This is an entry in Nathaniel Rogers’s Hit Me With Your Best Shot series, which takes place every Tuesday, and is hosted at The Film Experience.
Like every person who isn’t a lunatic, I love X2: X-Men United, but I never had nearly the same affection for the original X-Men. This is probably because I only ever saw it in its entirety once, close to the time when it was released in theaters, when I was either eight or nine years old, which is honestly, too young an age to appreciate this movie. Mainly because the pleasures of Bryan Singer’s X-Men don’t come from the action (which is pretty clunky), but from the way it approaches the idea of mutants with a level of social realism that was unprecedented for comic-book adaptations at the time. Let’s just say liked seeing some of my favorite characters on the big screen (I have been an X-Men fan ever since I can remember), but I wasn’t mature enough to appreciate the civil rights analogies.
Nowadays, X-Men is regarded as the movie that opened the door that led in the flood of superhero movies that have been ruling the box office ever since. What you think of those movies will surely influence how you regard X-Men as a historical artifact, but as a movie, it is a very solid one, and as far as I’m concerned, there is no denying that this whole superhero thing started because X-Men did something right. Case in point, the last superhero movie before X-Men was the disastrous Batman and Robin, which everybody loves to make fun of, but which wasn’t much more detached from reality than the previous Batman movies. The great thing about the best superhero franchises of the early 2000s (I’m referring to X-Men and Spider-Man), is that the directors knew how to make the movies as close to reality as to be accepted by audiences, while retaining their ridiculous comic-book origins.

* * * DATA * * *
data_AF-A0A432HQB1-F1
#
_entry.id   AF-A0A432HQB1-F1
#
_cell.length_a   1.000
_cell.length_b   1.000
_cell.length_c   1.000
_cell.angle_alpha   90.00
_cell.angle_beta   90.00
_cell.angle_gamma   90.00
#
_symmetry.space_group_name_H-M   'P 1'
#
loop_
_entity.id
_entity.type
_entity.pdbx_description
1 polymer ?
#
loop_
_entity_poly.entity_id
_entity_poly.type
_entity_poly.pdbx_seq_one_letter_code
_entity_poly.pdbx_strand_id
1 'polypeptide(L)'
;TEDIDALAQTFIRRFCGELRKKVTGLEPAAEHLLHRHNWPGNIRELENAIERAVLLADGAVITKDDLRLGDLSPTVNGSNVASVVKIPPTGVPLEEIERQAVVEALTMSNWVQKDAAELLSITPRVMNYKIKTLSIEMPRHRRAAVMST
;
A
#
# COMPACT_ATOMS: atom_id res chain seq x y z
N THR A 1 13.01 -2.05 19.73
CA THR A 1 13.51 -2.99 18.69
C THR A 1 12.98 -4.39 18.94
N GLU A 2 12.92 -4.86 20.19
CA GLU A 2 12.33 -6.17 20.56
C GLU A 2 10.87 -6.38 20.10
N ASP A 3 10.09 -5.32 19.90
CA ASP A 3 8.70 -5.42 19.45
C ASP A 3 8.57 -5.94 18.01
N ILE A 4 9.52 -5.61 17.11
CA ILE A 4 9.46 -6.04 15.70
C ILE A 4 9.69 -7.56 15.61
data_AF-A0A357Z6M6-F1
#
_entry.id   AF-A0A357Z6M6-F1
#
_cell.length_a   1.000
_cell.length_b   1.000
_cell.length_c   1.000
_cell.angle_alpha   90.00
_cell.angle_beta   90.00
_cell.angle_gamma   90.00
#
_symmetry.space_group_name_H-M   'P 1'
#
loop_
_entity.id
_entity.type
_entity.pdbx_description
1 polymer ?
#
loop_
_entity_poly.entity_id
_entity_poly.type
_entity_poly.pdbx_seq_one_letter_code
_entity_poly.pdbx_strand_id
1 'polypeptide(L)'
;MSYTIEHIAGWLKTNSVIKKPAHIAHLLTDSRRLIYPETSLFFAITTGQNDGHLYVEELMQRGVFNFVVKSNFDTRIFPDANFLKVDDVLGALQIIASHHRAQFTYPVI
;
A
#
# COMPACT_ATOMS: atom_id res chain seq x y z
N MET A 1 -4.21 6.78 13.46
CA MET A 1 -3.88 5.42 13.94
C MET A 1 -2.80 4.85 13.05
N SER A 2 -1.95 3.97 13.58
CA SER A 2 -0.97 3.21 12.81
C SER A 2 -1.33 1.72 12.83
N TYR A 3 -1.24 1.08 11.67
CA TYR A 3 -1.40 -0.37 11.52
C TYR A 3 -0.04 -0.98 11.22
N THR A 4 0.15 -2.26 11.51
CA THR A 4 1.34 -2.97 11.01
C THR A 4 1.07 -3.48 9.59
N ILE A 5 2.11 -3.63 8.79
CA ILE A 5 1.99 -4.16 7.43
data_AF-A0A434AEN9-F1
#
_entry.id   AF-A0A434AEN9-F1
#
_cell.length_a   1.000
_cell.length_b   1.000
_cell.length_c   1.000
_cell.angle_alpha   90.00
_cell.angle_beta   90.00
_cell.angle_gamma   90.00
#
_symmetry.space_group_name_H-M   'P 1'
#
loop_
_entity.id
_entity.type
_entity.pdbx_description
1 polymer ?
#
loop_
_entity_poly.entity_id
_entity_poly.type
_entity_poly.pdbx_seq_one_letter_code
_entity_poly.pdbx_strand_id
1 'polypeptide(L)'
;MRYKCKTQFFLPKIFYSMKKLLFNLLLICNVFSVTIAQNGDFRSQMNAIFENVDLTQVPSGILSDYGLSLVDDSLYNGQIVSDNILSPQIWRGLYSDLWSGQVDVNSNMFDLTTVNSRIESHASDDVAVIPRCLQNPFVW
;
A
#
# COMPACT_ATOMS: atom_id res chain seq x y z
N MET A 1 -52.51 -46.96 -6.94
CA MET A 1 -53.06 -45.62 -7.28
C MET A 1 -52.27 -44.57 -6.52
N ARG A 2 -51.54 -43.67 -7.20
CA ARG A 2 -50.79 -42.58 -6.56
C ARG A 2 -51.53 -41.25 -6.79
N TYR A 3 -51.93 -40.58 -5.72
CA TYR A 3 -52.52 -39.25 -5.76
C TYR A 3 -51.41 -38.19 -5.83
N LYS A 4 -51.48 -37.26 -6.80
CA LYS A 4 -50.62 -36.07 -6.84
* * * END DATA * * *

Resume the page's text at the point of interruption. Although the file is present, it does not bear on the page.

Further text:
An now, finally, let me talk about my favorite shot in the movie, which involves one of the visual effects in the movie that still looks cool these many years later. One of my favorite subplots in X-Men is the story of Senator Kelly (Bruce Davison), and his transformation into a mutant. I’m struggling to think what exactly this all means in terms of the civil rights allegory (Magneto’s plan in this movie makes very little sense), but there is no denying that this character’s journey provides some of the movie’s most emotional moments. His whole transformation is tragic, and scary, but also playful. Just like this shot right here.